In the early 2000’s, many traditional brick and mortar retail companies moved their customers’ shopping experiences online. While some were more successful than others, this shift to a digital B2C buying experience was a massive trend as retailers struggled to not only remain relevant, but survive. Some, like Barnes & Noble, missed the boat entirely while brands like Macys are keeping their head slightly above water.
In an effort to create new revenue streams, many well-known B2C brands are now gearing up to enter the B2B online commerce space. Office supply giants like Staples and OfficeMax/Office Depot, have focused their efforts on vertical industries, targeting schools and universities with robust online ordering experiences. Staples in particular has been able to grow its B2B eCommerce business significantly, reporting in 2017 that this particular revenue stream accounted for more than 60% of the brand’s total sales.
For midsize distributors, the B2B eCommerce play made by highly recognizable B2C brands who have spent decades building awareness and loyalty, can be disconcerting. Many of these brands have thousands of followers on social media, further creating familiarity among B2B professionals researching and buying within a particular market space. In our third disruptor in the series, we examine how these “new” players in the market are creating massive disruption as B2B buyers may decide to give their “old friend” a try.
If the moves by brands like Staples and OfficeMax/Office Depot weren’t unsettling enough, smart retailers are also creating huge commerce hubs to compete with traditional distributors. Ace Hardware, for example, created TheSupplyPlace.com as a B2B commerce site to connect schools, government agencies, and small businesses with their local Ace store as well as the brand’s company-wide inventory. The commerce hub is heavily optimized to attract online buyers. The transparent pricing and “helpful hardware store” branding is convenient and familiar and so far, Ace has moved in on this distributor market in a big way. Other B2C brands have noticed the success of Staples and Ace, and are following suit by making plans to attempt to cash in on the lucrative B2B commerce market.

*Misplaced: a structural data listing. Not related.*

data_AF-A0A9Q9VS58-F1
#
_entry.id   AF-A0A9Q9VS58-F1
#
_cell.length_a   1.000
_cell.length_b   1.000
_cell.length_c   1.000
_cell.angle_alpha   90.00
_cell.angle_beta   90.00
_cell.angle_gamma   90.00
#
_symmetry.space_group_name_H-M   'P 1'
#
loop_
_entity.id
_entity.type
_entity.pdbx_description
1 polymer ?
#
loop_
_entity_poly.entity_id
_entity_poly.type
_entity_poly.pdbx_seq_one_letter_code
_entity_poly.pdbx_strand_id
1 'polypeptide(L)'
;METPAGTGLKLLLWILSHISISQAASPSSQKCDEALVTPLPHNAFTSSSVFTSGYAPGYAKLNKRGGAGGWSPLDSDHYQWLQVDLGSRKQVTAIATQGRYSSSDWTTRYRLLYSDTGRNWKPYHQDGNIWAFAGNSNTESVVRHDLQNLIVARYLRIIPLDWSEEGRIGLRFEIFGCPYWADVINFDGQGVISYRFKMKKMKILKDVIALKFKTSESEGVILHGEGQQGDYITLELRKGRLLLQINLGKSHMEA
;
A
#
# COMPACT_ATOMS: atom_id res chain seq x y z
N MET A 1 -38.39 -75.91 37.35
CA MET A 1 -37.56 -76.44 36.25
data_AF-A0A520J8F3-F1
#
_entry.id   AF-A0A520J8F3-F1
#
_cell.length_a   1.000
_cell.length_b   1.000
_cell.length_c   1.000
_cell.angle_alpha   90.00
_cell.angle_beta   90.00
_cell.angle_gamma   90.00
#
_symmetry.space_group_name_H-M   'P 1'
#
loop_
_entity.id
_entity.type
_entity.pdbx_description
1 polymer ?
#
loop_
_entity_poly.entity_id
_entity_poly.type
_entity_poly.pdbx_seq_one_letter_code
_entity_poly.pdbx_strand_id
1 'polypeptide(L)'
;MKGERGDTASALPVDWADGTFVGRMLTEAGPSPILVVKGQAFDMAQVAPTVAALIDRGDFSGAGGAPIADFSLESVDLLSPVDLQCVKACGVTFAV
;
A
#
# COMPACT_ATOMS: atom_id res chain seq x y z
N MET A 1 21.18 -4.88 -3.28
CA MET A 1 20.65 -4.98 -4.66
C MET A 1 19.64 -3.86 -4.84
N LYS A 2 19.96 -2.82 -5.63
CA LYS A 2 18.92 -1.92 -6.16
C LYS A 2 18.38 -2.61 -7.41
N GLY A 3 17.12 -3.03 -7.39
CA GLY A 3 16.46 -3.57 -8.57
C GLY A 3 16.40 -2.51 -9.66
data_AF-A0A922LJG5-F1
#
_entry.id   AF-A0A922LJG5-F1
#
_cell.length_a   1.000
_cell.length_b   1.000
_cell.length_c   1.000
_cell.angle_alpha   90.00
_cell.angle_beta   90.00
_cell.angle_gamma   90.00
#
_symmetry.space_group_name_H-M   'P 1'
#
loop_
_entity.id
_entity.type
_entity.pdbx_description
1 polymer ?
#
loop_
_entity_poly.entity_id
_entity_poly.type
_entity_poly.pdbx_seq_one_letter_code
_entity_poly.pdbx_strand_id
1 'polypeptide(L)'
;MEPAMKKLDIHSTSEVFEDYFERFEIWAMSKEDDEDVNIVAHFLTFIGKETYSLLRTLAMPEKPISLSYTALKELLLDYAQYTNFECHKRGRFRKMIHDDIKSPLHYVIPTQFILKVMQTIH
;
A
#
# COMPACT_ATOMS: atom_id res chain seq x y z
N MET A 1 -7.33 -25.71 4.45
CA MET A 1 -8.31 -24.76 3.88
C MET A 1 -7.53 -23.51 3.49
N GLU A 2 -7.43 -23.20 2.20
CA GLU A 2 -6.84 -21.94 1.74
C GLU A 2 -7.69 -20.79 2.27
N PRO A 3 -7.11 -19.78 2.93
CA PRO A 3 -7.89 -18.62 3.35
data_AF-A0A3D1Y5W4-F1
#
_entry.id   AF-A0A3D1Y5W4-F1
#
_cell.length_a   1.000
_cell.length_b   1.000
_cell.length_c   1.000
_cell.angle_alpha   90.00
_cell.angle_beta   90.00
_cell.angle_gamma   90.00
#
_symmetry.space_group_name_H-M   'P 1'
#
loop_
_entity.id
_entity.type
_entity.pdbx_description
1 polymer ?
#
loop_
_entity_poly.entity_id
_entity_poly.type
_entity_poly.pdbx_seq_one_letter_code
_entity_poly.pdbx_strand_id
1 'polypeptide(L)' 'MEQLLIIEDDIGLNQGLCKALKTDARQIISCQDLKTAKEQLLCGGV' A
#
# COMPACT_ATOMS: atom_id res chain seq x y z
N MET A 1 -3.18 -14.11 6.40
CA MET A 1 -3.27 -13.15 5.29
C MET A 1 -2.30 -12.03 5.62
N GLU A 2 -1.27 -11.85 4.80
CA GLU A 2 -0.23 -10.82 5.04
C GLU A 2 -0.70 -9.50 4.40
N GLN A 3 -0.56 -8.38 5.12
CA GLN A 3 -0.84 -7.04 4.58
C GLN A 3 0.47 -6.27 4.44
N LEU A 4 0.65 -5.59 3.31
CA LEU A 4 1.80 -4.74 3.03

To combat this disruptor, small to midsized distributors need to remember that despite brand recognition, B2C retailers struggle to provide a strong hybrid commerce experience because they simply do not understand the complexity of the B2B buying cycle. In many cases, these brands gain initial traction, and yet ultimately fail because they cannot adapt to the needs of a multi-person buying cycle with its complex logistics, delivery and support needs.
Distributors can rely on the fact, as the Wall Street Journal reported last year, that digital customers are far more fickle than traditional brick and mortar customers. Although they may lose a purchase or two from buyers intrigued by their old friend entering the market, it’s important to remember that retailers often regard B2B commerce as merely a shopping cart, or at best a website. They don’t have the knowledge or experience to deal with common characteristics of B2B commerce like custom catalogs, complex procurement processes and the need for a hybrid full service, online customer experience. By focusing on providing a strong, efficient commerce experience for every person involved in the B2B cycle, distributors can win back or compete against these retailers very handily. In fact, their status may be elevated as customers return to the “fold” with a better understanding of the quality of experience that is only delivered from a commerce environment that is truly built for B2B.Learn how Insite Software can help you compete against big brands with digital commerce solutions packed with native B2B functionality
Distributors may also be able to siphon off new business as a result of the increased attention brought on by some of the B2C brands’ massive marketing engines as they enter the B2B market. In many cases, these marketing programs increase interest and organic search traffic. Carefully watching the data-driven practices of a better-known brand is not that hard to do – and can provide some easy tactics to test and possibly adopt.
In the end, a flashy brand will never be able to stand up against a distributor as long as they have a robust, efficient B2B commerce experience; one that is focused on increasing the productivity of every person in the complex B2B buying cycle and closes the information gap. Recognizing the heightened competitive environment and making data driven marketing decisions is key to survival when it comes to this disruptor. Speaking of, next week we’ll dive into our final disruptor in the series: how modern data-driven marketing is disrupting the distributor market, and of course, ways to take advantage of that disruption.